Representatives for news organizations who plan to cover next summer’s convention are protesting a move by the Republican National Committee to charge news media organizations a $150 access fee for seats on the press stand. Seats on risers constructed for newspapers, magazines, wire services and online print publications have been awarded without charge in the past. Representatives for daily and periodical press galleries in the Capitol protested Monday that the media “should not be charged to cover elected officials at an event of enormous interest to the public.” The four-day event will be held in Cleveland’s Quicken Loans Arena.
Just days after Prime Minister Shinzo Abe said he would call a snap election, his ruling Liberal Democratic Party sent a letter to Japan’s five major television networks asking for fair and impartial coverage of the coming campaign. Signed by a top aide to Mr. Abe and another party official, the letter made specific requests: balance in the number of appearances and total airtime given to candidates, for example, and in the political views offered through man-on-the-street interviews. Sent late last month, the letter was the latest example of the tense relationship between Mr. Abe’s conservative government and the Japanese media, particularly left-leaning newspapers and networks.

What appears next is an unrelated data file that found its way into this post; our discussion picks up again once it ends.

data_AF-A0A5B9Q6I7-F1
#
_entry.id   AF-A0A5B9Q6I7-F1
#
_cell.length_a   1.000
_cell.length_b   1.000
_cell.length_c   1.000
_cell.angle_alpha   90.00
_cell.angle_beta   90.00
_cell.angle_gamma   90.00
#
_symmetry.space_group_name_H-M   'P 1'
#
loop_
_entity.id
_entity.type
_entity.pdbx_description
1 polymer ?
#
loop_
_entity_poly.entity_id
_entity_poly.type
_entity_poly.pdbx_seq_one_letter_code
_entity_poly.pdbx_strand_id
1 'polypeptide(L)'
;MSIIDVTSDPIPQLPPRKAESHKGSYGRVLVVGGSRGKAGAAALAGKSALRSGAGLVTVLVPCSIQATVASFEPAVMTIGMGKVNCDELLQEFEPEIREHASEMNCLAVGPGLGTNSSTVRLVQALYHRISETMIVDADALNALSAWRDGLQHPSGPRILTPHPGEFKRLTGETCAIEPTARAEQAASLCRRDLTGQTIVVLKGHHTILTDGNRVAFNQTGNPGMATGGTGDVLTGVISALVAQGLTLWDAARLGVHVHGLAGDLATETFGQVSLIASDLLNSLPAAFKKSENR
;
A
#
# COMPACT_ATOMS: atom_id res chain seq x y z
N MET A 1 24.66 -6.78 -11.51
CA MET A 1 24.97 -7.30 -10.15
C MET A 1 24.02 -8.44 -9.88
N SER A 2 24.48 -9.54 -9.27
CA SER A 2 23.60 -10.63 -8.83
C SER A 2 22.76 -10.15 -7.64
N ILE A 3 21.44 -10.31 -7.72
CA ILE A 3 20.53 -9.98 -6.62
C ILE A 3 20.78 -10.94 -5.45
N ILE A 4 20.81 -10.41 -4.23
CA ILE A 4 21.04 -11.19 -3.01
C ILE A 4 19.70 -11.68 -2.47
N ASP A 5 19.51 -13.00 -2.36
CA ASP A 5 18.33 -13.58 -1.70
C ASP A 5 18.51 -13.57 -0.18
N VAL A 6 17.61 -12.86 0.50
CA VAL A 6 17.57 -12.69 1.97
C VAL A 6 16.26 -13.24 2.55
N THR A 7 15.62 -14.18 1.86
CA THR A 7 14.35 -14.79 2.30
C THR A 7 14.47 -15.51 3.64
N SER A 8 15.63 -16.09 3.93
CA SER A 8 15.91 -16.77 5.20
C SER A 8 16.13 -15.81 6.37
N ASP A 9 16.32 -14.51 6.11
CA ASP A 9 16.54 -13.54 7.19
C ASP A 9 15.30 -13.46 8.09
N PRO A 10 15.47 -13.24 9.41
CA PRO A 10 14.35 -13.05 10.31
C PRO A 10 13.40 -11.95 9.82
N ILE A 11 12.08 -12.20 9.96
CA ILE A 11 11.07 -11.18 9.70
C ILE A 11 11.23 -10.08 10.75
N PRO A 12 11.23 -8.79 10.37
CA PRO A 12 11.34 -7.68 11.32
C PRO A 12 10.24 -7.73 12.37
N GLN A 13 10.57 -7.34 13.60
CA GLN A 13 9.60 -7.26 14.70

An election happened in Luzerne County on Tuesday, but for two hours after the polls closed the results could only be found on a projection screen at the county courthouse. An apparent traffic overload periodically crashed the county’s usually reliable website, www.luzernecounty.org, and prevented officials from posting results. The outage forced reporters, some candidates and other interested parties to the courthouse rotunda to watch a scroll of results. The top county races, for controller and the county council, shared equal time on the screen with school board races and the campaigns for municipal councils. Some reporters used their cellphones and compact camera to take pictures of the screen to freeze the fast-moving results.
From a media baron’s on-air antics to a comedian who shuns television, the campaign strategies employed by contenders in Italy’s election have been poles apart, reports the BBC’s Alan Johnston in Rome. Silvio Berlusconi is in a live television studio, half out of his seat and bellowing furiously at the audience about the Communist past of his left wing opponents. It is just one moment in a typical media performance by Italy’s former Prime Minister. He had gone into what was for him a lion’s den; the Servizio Pubblico political talk show It airs on a channel beyond the control of Mr Berlusconi’s Mediaset television empire. Some of his sharpest critics were lying in wait for him.And over more than two hours they launched attacks aimed at exposing Mr Berlusconi’s many failings. It was a chance to almost put him on trial, and the bookmakers were suggesting he might storm off the set. But he stayed in his seat, and rose to the occasion. He twisted and turned, counter-attacked and blustered and ranted and joked and charmed.